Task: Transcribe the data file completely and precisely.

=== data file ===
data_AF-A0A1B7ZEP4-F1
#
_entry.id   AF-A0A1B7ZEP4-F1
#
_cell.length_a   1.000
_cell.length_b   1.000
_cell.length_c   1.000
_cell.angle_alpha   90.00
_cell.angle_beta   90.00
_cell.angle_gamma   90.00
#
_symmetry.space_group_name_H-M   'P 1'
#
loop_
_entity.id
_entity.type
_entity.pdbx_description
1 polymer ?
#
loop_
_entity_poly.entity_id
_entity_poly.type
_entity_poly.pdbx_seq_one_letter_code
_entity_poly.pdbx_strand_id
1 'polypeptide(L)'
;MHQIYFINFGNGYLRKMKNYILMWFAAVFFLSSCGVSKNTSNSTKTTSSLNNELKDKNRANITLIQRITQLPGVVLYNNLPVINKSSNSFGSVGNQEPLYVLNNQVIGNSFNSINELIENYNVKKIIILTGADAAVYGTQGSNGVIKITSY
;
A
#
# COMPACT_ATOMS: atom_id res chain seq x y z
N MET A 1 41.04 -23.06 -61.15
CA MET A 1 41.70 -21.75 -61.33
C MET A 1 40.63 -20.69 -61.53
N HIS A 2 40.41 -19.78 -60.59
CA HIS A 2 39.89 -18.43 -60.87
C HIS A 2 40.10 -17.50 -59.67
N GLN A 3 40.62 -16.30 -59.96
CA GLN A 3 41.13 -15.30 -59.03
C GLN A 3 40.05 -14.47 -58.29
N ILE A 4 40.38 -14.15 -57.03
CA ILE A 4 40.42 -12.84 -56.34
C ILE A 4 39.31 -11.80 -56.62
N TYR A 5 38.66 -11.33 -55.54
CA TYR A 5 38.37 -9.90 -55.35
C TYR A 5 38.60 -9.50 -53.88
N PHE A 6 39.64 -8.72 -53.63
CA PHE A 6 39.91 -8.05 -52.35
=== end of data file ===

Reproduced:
data_AF-A0A1B7ZEP4-F1
#
_entry.id   AF-A0A1B7ZEP4-F1
#
_cell.length_a   1.000
_cell.length_b   1.000
_cell.length_c   1.000
_cell.angle_alpha   90.00
_cell.angle_beta   90.00
_cell.angle_gamma   90.00
#
_symmetry.space_group_name_H-M   'P 1'
#
loop_
_entity.id
_entity.type
_entity.pdbx_description
1 polymer ?
#
loop_
_entity_poly.entity_id
_entity_poly.type
_entity_poly.pdbx_seq_one_letter_code
_entity_poly.pdbx_strand_id
1 'polypeptide(L)'
;MHQIYFINFGNGYLRKMKNYILMWFAAVFFLSSCGVSKNTSNSTKTTSSLNNELKDKNRANITLIQRITQLPGVVLYNNLPVINKSSNSFGSVGNQEPLYVLNNQVIGNSFNSINELIENYNVKKIIILTGADAAVYGTQGSNGVIKITSY
;
A
#
# COMPACT_ATOMS: atom_id res chain seq x y z
N MET A 1 41.04 -23.06 -61.15
CA MET A 1 41.70 -21.75 -61.33
C MET A 1 40.63 -20.69 -61.53
N HIS A 2 40.41 -19.78 -60.59
CA HIS A 2 39.89 -18.43 -60.87
C HIS A 2 40.10 -17.50 -59.67
N GLN A 3 40.62 -16.30 -59.96
CA GLN A 3 41.13 -15.30 -59.03
C GLN A 3 40.05 -14.47 -58.29
N ILE A 4 40.38 -14.15 -57.03
CA ILE A 4 40.42 -12.84 -56.34
C ILE A 4 39.31 -11.80 -56.62
N TYR A 5 38.66 -11.33 -55.54
CA TYR A 5 38.37 -9.90 -55.35
C TYR A 5 38.60 -9.50 -53.88
N PHE A 6 39.64 -8.72 -53.63
CA PHE A 6 39.91 -8.05 -52.35